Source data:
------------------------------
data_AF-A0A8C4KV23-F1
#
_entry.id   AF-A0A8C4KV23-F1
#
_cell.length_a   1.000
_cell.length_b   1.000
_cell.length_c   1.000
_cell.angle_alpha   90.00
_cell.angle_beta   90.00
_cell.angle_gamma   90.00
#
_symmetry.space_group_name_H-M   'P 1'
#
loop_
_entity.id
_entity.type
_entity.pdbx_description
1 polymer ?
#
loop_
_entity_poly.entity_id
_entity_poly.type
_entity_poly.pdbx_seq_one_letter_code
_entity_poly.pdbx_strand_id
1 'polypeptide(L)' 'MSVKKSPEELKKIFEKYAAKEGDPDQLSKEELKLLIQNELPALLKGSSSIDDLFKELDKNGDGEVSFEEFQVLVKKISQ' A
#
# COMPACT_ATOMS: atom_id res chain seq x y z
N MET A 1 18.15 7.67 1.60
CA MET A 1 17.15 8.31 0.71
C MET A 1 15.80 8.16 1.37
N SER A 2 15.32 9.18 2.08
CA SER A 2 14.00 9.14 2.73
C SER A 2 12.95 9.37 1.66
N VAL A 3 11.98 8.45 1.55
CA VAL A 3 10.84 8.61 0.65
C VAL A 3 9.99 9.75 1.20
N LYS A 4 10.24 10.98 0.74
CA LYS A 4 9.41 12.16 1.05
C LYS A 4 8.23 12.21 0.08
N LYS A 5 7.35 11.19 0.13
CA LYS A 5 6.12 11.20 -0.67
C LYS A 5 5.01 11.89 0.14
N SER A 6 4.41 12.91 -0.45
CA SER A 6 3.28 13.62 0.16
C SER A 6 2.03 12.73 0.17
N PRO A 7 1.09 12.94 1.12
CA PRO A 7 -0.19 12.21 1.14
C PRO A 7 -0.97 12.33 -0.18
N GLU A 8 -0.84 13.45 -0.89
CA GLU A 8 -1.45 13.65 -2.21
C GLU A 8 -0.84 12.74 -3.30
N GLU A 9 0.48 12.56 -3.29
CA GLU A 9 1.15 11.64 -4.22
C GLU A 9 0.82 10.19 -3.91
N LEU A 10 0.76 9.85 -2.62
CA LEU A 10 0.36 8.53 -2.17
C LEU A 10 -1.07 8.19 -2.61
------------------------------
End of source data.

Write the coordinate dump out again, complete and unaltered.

data_AF-A0A8C4KV23-F1
#
_entry.id   AF-A0A8C4KV23-F1
#
_cell.length_a   1.000
_cell.length_b   1.000
_cell.length_c   1.000
_cell.angle_alpha   90.00
_cell.angle_beta   90.00
_cell.angle_gamma   90.00
#
_symmetry.space_group_name_H-M   'P 1'
#
loop_
_entity.id
_entity.type
_entity.pdbx_description
1 polymer ?
#
loop_
_entity_poly.entity_id
_entity_poly.type
_entity_poly.pdbx_seq_one_letter_code
_entity_poly.pdbx_strand_id
1 'polypeptide(L)' 'MSVKKSPEELKKIFEKYAAKEGDPDQLSKEELKLLIQNELPALLKGSSSIDDLFKELDKNGDGEVSFEEFQVLVKKISQ' A
#
# COMPACT_ATOMS: atom_id res chain seq x y z
N MET A 1 18.15 7.67 1.60
CA MET A 1 17.15 8.31 0.71
C MET A 1 15.80 8.16 1.37
N SER A 2 15.32 9.18 2.08
CA SER A 2 14.00 9.14 2.73
C SER A 2 12.95 9.37 1.66
N VAL A 3 11.98 8.45 1.55
CA VAL A 3 10.84 8.61 0.65
C VAL A 3 9.99 9.75 1.20
N LYS A 4 10.24 10.98 0.74
CA LYS A 4 9.41 12.16 1.05
C LYS A 4 8.23 12.21 0.08
N LYS A 5 7.35 11.19 0.13
CA LYS A 5 6.12 11.20 -0.67
C LYS A 5 5.01 11.89 0.14
N SER A 6 4.41 12.91 -0.45
CA SER A 6 3.28 13.62 0.16
C SER A 6 2.03 12.73 0.17
N PRO A 7 1.09 12.94 1.12
CA PRO A 7 -0.19 12.21 1.14
C PRO A 7 -0.97 12.33 -0.18
N GLU A 8 -0.84 13.45 -0.89
CA GLU A 8 -1.45 13.65 -2.21
C GLU A 8 -0.84 12.74 -3.30
N GLU A 9 0.48 12.56 -3.29
CA GLU A 9 1.15 11.64 -4.22
C GLU A 9 0.82 10.19 -3.91
N LEU A 10 0.76 9.85 -2.62
CA LEU A 10 0.36 8.53 -2.17
C LEU A 10 -1.07 8.19 -2.61